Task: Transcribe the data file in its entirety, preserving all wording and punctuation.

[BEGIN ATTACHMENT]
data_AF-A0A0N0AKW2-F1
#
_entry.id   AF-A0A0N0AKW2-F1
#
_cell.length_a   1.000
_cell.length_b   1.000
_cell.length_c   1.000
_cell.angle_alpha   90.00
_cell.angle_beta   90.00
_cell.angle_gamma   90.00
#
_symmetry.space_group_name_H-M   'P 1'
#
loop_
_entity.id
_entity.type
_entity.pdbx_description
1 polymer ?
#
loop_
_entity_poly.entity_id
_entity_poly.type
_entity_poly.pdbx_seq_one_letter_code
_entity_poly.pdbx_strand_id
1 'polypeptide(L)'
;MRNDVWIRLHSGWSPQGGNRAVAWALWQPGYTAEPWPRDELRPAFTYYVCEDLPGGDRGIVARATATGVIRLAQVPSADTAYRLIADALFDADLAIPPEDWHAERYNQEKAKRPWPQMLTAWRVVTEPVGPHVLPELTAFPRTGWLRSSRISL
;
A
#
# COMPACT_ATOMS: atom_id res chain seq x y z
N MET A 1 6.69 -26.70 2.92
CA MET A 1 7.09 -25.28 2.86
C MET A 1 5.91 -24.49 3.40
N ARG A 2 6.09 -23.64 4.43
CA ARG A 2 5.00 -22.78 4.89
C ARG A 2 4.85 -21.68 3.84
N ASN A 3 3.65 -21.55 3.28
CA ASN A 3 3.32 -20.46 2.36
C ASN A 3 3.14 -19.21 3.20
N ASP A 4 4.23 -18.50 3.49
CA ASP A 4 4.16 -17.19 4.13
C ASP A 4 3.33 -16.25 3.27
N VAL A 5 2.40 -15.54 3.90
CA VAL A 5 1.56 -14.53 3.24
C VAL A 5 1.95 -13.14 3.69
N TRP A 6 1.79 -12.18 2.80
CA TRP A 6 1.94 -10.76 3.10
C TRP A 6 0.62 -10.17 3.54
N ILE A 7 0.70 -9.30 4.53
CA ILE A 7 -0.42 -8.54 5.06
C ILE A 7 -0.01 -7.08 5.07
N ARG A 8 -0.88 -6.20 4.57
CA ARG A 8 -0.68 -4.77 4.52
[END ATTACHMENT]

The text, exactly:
data_AF-A0A0N0AKW2-F1
#
_entry.id   AF-A0A0N0AKW2-F1
#
_cell.length_a   1.000
_cell.length_b   1.000
_cell.length_c   1.000
_cell.angle_alpha   90.00
_cell.angle_beta   90.00
_cell.angle_gamma   90.00
#
_symmetry.space_group_name_H-M   'P 1'
#
loop_
_entity.id
_entity.type
_entity.pdbx_description
1 polymer ?
#
loop_
_entity_poly.entity_id
_entity_poly.type
_entity_poly.pdbx_seq_one_letter_code
_entity_poly.pdbx_strand_id
1 'polypeptide(L)'
;MRNDVWIRLHSGWSPQGGNRAVAWALWQPGYTAEPWPRDELRPAFTYYVCEDLPGGDRGIVARATATGVIRLAQVPSADTAYRLIADALFDADLAIPPEDWHAERYNQEKAKRPWPQMLTAWRVVTEPVGPHVLPELTAFPRTGWLRSSRISL
;
A
#
# COMPACT_ATOMS: atom_id res chain seq x y z
N MET A 1 6.69 -26.70 2.92
CA MET A 1 7.09 -25.28 2.86
C MET A 1 5.91 -24.49 3.40
N ARG A 2 6.09 -23.64 4.43
CA ARG A 2 5.00 -22.78 4.89
C ARG A 2 4.85 -21.68 3.84
N ASN A 3 3.65 -21.55 3.28
CA ASN A 3 3.32 -20.46 2.36
C ASN A 3 3.14 -19.21 3.20
N ASP A 4 4.23 -18.50 3.49
CA ASP A 4 4.16 -17.19 4.13
C ASP A 4 3.33 -16.25 3.27
N VAL A 5 2.40 -15.54 3.90
CA VAL A 5 1.56 -14.53 3.24
C VAL A 5 1.95 -13.14 3.69
N TRP A 6 1.79 -12.18 2.80
CA TRP A 6 1.94 -10.76 3.10
C TRP A 6 0.62 -10.17 3.54
N ILE A 7 0.70 -9.30 4.53
CA ILE A 7 -0.42 -8.54 5.06
C ILE A 7 -0.01 -7.08 5.07
N ARG A 8 -0.88 -6.20 4.57
CA ARG A 8 -0.68 -4.77 4.52